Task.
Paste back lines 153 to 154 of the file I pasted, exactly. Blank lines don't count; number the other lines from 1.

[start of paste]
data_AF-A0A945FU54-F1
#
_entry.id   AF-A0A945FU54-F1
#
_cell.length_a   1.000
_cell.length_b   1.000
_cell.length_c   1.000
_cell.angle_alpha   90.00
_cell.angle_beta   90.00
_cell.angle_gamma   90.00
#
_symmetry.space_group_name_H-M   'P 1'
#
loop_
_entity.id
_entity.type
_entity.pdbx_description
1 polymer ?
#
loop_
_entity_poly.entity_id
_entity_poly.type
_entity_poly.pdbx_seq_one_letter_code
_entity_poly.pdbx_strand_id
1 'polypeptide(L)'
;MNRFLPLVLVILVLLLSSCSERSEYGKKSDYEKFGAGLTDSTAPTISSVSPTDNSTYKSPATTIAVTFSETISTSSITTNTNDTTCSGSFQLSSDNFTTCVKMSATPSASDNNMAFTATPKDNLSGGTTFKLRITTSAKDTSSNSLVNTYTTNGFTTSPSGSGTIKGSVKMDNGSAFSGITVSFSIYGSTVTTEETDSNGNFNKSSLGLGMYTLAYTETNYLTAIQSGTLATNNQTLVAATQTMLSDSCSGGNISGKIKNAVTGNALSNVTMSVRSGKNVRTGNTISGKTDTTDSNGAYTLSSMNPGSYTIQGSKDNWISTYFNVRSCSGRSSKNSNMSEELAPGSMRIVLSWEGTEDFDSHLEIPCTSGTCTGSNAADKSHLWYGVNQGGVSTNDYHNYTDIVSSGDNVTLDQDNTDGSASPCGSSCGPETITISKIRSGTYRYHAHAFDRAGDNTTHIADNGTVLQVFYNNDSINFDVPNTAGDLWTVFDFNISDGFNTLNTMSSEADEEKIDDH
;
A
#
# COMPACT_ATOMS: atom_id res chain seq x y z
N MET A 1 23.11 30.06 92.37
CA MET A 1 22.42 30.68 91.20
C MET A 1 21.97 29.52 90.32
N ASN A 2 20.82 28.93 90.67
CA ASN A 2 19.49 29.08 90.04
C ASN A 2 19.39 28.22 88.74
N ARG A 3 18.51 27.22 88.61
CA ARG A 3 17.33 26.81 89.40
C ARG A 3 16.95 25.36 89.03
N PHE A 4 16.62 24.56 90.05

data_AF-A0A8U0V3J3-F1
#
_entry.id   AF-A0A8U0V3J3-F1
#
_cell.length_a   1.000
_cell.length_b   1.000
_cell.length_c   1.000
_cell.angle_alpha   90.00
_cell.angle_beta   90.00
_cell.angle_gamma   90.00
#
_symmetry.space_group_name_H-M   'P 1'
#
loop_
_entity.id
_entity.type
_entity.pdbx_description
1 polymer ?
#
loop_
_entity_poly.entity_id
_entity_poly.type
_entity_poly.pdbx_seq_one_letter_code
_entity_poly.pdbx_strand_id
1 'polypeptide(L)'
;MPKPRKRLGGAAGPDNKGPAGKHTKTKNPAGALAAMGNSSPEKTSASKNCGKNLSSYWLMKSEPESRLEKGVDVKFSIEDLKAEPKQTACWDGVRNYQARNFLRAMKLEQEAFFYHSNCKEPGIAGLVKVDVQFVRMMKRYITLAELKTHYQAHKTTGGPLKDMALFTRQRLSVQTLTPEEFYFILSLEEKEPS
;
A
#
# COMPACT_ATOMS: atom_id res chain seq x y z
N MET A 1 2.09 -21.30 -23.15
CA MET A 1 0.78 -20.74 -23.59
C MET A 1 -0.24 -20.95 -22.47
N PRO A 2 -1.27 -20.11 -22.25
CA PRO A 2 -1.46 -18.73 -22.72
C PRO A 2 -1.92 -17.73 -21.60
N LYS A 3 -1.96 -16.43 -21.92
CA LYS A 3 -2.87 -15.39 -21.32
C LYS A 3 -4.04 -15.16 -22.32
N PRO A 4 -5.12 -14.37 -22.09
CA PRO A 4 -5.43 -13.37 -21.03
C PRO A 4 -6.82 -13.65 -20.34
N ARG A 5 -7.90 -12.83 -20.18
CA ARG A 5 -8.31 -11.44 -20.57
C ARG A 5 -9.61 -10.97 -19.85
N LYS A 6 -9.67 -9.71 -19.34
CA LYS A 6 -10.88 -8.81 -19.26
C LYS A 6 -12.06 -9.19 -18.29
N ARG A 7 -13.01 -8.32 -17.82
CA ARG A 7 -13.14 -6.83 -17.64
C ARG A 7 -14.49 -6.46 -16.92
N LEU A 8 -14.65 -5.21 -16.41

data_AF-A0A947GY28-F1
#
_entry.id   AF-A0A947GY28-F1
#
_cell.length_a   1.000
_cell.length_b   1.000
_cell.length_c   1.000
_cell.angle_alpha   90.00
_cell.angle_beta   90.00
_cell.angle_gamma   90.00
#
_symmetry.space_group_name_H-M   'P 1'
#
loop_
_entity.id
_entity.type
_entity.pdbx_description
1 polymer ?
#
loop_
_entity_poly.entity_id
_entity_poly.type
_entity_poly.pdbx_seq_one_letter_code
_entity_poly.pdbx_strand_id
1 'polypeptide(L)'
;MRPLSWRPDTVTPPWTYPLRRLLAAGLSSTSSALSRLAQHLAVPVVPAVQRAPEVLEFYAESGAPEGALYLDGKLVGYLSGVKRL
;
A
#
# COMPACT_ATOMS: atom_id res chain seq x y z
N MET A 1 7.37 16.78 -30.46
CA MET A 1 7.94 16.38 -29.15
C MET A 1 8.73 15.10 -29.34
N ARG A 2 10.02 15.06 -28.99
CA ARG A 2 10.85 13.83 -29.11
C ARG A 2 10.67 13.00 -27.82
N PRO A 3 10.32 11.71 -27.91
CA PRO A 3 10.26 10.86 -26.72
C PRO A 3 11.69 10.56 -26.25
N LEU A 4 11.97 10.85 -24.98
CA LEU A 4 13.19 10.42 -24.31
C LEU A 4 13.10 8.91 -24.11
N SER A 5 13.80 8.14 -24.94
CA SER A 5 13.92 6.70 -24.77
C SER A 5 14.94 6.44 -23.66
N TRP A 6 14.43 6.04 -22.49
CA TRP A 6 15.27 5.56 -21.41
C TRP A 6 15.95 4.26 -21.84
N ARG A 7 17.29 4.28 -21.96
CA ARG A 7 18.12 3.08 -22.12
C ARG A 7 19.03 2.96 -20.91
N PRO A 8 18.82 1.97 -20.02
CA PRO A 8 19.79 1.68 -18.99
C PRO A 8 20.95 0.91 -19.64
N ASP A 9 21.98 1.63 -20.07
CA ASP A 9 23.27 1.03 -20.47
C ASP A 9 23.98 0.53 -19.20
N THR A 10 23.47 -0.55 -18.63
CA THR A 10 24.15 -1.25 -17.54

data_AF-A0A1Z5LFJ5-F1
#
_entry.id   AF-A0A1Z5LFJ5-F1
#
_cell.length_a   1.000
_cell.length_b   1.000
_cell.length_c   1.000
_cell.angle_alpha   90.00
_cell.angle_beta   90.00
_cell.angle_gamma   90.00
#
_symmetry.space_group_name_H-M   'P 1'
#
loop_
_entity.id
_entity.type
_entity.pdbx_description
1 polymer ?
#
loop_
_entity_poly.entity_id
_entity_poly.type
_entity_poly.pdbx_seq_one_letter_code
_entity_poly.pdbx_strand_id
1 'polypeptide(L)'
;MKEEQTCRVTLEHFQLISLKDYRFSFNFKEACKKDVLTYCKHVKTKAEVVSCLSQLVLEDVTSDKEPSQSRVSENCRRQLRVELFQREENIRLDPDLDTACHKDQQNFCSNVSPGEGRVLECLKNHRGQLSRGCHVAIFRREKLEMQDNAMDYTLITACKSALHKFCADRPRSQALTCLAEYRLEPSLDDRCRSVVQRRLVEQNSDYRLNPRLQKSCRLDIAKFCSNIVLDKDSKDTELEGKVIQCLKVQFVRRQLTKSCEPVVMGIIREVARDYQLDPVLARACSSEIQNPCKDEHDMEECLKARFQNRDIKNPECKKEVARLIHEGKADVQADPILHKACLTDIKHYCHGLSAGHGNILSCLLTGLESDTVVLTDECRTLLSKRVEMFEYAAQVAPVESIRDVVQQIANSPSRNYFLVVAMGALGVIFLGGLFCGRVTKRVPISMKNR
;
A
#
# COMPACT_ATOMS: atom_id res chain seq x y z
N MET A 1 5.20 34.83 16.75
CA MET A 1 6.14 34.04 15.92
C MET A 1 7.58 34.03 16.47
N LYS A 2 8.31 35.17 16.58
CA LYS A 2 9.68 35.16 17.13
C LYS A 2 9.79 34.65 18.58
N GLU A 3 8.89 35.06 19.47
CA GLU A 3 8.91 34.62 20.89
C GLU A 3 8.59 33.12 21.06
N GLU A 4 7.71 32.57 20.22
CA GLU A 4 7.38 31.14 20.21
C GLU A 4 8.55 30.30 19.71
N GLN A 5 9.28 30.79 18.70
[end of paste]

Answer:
#
_entry.id   AF-A0A1Z5LFJ5-F1